Veteran Alternate Reality Game creator Elan Lee - the man behind such viral hits as Halo 2's I Love Bees ARG and The Beast for Steven Spielberg's film A.I. - has spoken at some length about how storytellers might make use of connected platforms like Xbox 360 and Xbox One.
"I was a lead game designer on the original Xbox," Lee commented, when asked for his thoughts on Xbox One. "I've had one forever. When you start looking at what it can do today, and especially what the new hardware will be able to do, it's such an inlet for pretty incredible things.
"When you take those 80 million connected boxes and you add on top of that the fact that they've got controllers in their hands, and on top of that there's the Kinect camera looking at them - and the next one will have facial recognition - and on top of that voice recognition, and SmartGlass, friends lists, windows for social networking, you add all these things together you realize this platform has put itself into a position to completely redefine the nature of entertainment.
"All it needs now is for a very smart group of people to flip that switch."
Lee now works at Microsoft's Los Angeles TV studio, founded in February to usher in an "an era when interactive entertainment becomes the greatest form of all entertainment". The idea there is to create original programming that rivals what you'd get from a major established broadcaster in terms of production values, while letting the viewer participate to varying degrees with the story as it unfolds.
Similar work is underway at Microsoft's "two-way TV" studio Soho Productions in London. "I think interactive TV will continue to be pushed forward by both the television and game industries," The former's Rob Stevens told OXM in a recent interview. "From conversations I've had, there is a strong will from the world of broadcast TV to explore new ways of reaching audiences."
Stevens also downplayed talk of a clash between traditional gaming and interactive TV, suggesting that "we are now able to create experiences that aren't as rigidly defined by factors like technology or our understanding of genres and platforms".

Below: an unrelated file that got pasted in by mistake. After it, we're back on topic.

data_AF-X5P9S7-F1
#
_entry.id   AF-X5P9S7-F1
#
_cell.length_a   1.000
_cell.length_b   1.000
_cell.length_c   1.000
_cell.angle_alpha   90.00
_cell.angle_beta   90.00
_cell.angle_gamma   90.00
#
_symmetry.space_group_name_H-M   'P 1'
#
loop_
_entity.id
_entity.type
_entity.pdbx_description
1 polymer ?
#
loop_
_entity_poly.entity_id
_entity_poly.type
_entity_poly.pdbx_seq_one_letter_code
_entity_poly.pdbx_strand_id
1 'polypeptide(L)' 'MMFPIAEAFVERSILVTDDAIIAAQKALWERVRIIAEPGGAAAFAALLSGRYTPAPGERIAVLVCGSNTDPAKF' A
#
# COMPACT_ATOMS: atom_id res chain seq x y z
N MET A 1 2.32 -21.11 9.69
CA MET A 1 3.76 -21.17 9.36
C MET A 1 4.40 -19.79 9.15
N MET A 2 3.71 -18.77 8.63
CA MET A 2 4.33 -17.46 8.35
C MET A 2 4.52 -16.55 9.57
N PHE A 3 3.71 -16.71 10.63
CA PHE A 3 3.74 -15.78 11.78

Back to Lee. "In the history of storytelling there have been five or six big advancements that changed the way we tell stories and the way human beings communicate with each other," he told Gamasutra. "Things like the invention of Western theatre, the invention of the printing press, the invention of the motion picture camera.
"Every time one of these things is invented we, being humans, scramble about madly trying to figure out how best to use these to convey a complex idea, emotions, narratives. We are, right now, right in the middle of another one of those huge events in the history of humanity's ability to tell stories - and we don't even have a name for it.
"It's sort of the internet. It's sort of connected devices. It's sort of a lot of things. But we do understand that there's this new, always-on, always-connected method by which we interact with each other all day, every day. And to be in a place like Microsoft that has an advantage over the rest of the planet to use that power, those tools, to redefine what it means to tell stories, that's what gets me really excited."
As you hopefully know by now, Xbox One is designed to be joined at the hip to TV - you plug your existing TV box into it via the HDMI port, then browse channels using the console's IR blaster without switching away from the Xbox dashboard. This constitutes the more pedestrian facet of Microsoft's TV plan, interactive TV comprising the sharper end of the wedge.
The tentpole release there could be Remedy's Quantum Break, a collaboration with Microsoft's TV studios that runs a live action show and gameplay side by side (catch the latest trailer below). Doubtless, Lee also has a considerable contribution to make.
"We've got this interest now in redefining what storytelling is and to convey these stories across hardware, across a network that's already established and has this audience," he concluded. "That puts Microsoft years ahead of anyone else out there. And the fact that they are this excited to use that advantage to tell really good stories and to hire a team that can tell those really good stories, that's just exactly where I want to be in the world."
Naturally, Lee was unable to discuss the specifics of his latest project, observing only that the idea is to make ARGs more accessible. "I want to use everything I know and everything I've learned along the way to build something even bigger, something to reach a much larger audience," he said, adding "it is a little bit like my previous work at Fourth Wall Studios, but on a much larger stage."